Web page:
30 March 2008

The Duality of Access to Higher Education

What's the story with the United States' College Education System? In terms of socioeconomic justice, it's a mixed bag.

John Rawls' egalitarian Theory of Justice tells us that "all economic goods and services should be distributed equally except when an unequal distribution would work to everyone's advantage" (Ethical Theory and Business, 668). Thinking of Education as a primary good, or as a basic individual right, it appears to follow that John Rawls allows for unequal access to it.

Consider a recent high school graduate. Consider the same graduate as an excellent student from a low-income background, or alternatively a CEO's son or daughter who is a poor academic performer, or maybe an average student from a blue-collar family. What are the implications? Do each of these students have equal opportunity to pursue a quality college education?

Financial Aid is a hot topic for college students across the country; often it is the determining factor as to whether or not a prospective student will have access to a given institution. Is this a socioeconomic justice or disparity? Week Three's reading from Ethical Theory and Business touches on the idea of distributive justice and how its related systematic theories "attempt to elaborate how people should be compared and what it means to give people what they are due" (666). A few of the associated principles include "To each person according to individual need" and "To each person according to merit." This train of thought has a direct correlation to Financial Aid selection, and it is currently addressed by the two-tier Capitalistic Education System.

Capitalism itself does not ensure rights to Education. It encourages that "people's economic rights extend only to the acquisition and dispensation of private property" with disregard to "more substantive moral rights in the economic sphere" (670), including the level of Education demanded by today's job market. Theorists such as John Rawls realize that therein lies a conflict. While the individuals who have made significant economic contributions to society will be rewarded with profits and and an ability to more easily afford higher education for themselves and their families, the children of people who don't do as well financially will suffer. Ethical Theory of Business notes that "over the course of time in the working of capitalist markets, one group in society may gain considerable wealth and political influence, by comparison with other groups in society" (670). How many Yale or Harvard seats are already "reserved" for the children of alumni based simply on the financial ability to do so?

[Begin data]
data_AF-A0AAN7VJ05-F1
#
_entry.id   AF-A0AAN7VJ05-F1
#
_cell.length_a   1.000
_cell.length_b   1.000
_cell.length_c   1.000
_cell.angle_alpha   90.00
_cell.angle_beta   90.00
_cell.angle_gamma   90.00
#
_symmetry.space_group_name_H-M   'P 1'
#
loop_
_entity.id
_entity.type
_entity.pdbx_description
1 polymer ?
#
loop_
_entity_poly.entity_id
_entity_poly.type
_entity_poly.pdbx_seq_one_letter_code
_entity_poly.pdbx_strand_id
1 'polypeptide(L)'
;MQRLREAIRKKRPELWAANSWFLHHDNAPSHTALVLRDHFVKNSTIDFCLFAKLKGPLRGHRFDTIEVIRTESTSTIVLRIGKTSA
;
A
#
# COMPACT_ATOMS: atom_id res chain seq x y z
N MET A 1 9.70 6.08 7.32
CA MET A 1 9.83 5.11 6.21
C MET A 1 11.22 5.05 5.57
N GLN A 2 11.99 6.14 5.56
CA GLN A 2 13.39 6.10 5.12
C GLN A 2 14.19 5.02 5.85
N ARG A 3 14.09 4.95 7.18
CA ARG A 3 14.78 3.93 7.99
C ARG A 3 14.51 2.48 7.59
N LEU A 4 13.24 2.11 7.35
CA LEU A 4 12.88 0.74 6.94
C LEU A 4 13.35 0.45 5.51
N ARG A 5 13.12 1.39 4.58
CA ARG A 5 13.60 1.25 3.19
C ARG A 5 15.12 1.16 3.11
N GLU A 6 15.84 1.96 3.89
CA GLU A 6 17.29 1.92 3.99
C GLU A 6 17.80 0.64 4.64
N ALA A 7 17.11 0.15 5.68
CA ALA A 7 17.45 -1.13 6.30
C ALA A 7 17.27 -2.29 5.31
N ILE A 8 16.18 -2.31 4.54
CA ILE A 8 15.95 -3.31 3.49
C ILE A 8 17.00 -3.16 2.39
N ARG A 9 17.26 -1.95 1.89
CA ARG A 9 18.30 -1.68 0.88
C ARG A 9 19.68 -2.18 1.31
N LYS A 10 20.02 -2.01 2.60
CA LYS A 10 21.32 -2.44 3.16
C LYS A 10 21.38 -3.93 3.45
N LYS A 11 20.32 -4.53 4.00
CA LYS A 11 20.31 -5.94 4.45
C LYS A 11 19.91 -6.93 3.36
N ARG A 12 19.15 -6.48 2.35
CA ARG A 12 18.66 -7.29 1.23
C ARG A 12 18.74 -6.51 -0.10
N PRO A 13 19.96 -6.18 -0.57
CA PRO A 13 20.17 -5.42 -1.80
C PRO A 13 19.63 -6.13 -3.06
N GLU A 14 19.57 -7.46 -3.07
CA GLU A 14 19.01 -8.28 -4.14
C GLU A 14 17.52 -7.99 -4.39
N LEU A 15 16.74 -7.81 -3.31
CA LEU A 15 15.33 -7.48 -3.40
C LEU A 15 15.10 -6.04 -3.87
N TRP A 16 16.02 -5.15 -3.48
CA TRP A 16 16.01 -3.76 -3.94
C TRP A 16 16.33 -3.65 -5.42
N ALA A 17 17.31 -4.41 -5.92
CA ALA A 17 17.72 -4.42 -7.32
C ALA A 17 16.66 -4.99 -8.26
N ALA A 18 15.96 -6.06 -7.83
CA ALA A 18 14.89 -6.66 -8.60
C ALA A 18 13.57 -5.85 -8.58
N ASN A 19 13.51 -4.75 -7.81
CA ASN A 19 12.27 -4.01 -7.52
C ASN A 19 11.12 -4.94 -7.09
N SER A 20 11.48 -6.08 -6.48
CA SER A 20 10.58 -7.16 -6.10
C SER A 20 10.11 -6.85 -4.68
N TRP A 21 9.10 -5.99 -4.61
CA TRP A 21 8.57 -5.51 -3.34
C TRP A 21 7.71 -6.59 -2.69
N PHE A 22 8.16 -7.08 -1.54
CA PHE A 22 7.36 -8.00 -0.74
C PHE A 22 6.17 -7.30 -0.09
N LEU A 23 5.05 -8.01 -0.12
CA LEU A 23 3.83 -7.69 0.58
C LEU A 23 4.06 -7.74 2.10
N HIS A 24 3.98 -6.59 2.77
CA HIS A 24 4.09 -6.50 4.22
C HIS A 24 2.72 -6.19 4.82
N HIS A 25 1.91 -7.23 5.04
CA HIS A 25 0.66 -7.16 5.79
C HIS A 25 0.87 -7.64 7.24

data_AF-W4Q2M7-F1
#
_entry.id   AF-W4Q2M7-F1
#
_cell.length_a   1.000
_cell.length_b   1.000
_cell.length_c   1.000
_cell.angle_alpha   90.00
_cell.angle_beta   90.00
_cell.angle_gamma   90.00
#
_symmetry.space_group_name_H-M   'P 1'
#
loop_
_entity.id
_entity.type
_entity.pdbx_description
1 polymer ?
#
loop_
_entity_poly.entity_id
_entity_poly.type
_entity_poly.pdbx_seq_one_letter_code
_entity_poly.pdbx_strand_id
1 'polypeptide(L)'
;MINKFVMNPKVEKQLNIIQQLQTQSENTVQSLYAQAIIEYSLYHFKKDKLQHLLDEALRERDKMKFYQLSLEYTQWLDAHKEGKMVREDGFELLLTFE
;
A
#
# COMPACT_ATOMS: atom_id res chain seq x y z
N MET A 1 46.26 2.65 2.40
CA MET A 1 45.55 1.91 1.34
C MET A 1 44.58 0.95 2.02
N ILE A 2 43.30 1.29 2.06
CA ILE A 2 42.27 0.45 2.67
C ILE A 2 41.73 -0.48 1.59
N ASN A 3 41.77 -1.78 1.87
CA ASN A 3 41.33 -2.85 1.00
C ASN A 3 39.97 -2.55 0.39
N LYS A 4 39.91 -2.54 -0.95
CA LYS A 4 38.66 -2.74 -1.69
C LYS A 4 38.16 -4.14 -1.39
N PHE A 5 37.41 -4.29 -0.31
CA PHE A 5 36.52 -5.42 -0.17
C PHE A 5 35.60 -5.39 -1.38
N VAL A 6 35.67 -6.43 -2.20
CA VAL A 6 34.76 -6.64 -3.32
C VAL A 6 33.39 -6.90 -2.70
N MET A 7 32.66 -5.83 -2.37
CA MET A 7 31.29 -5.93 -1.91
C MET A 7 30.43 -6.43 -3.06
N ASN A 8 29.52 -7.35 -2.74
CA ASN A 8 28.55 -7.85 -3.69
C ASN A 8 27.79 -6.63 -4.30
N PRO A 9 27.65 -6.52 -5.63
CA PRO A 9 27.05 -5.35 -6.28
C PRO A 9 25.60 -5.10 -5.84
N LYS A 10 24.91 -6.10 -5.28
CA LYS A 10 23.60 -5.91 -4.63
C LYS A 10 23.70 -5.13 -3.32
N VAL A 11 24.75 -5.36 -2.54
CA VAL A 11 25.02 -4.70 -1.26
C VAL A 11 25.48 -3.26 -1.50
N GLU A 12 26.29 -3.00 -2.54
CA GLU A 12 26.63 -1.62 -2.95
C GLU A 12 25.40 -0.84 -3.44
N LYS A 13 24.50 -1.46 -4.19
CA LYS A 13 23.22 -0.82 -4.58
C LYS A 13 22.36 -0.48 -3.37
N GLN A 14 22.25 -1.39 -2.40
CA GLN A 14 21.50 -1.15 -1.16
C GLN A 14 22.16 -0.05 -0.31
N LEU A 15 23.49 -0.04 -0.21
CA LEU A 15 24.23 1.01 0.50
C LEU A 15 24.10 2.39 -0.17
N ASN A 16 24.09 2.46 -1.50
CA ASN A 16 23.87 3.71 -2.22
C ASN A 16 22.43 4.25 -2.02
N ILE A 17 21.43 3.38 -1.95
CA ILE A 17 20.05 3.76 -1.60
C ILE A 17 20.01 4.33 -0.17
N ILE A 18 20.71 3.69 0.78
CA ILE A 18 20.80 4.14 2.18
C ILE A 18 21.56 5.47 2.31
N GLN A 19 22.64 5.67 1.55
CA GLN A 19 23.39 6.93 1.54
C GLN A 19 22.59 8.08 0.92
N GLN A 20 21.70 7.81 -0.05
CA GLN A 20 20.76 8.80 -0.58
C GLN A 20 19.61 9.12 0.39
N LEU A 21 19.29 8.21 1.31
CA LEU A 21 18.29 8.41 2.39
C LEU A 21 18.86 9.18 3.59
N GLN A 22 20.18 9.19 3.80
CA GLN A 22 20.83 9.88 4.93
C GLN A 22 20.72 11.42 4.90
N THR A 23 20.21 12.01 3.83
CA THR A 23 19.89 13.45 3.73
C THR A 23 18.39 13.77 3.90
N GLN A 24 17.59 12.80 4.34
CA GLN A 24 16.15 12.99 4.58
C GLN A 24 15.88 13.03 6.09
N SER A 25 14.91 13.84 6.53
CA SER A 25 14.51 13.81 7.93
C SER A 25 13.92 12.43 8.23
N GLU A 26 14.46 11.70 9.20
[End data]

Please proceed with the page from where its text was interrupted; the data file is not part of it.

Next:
The two-tiered system of Educational Access previously mentioned is a mixed approach to providing high school graduates a socioeconomically-justified means of achieving the quality of life that is their birthright--not only as a United States American--but as a human being. The Business Ethics course text explains that "if people have a right to minimal material means...their rights are violated whenever economic distributions leave persons with less than that minimal level" (Ethical Theory and Business, 670). The first tier of our nation's College Education System bases the distribution of accessibility on NEED and the second tier on WANT ("better services" for purchase). On a controversial note, let's call these two tiers State Universities and Private Institutions--each of course with their own built-in systems for addressing social and economic justice...


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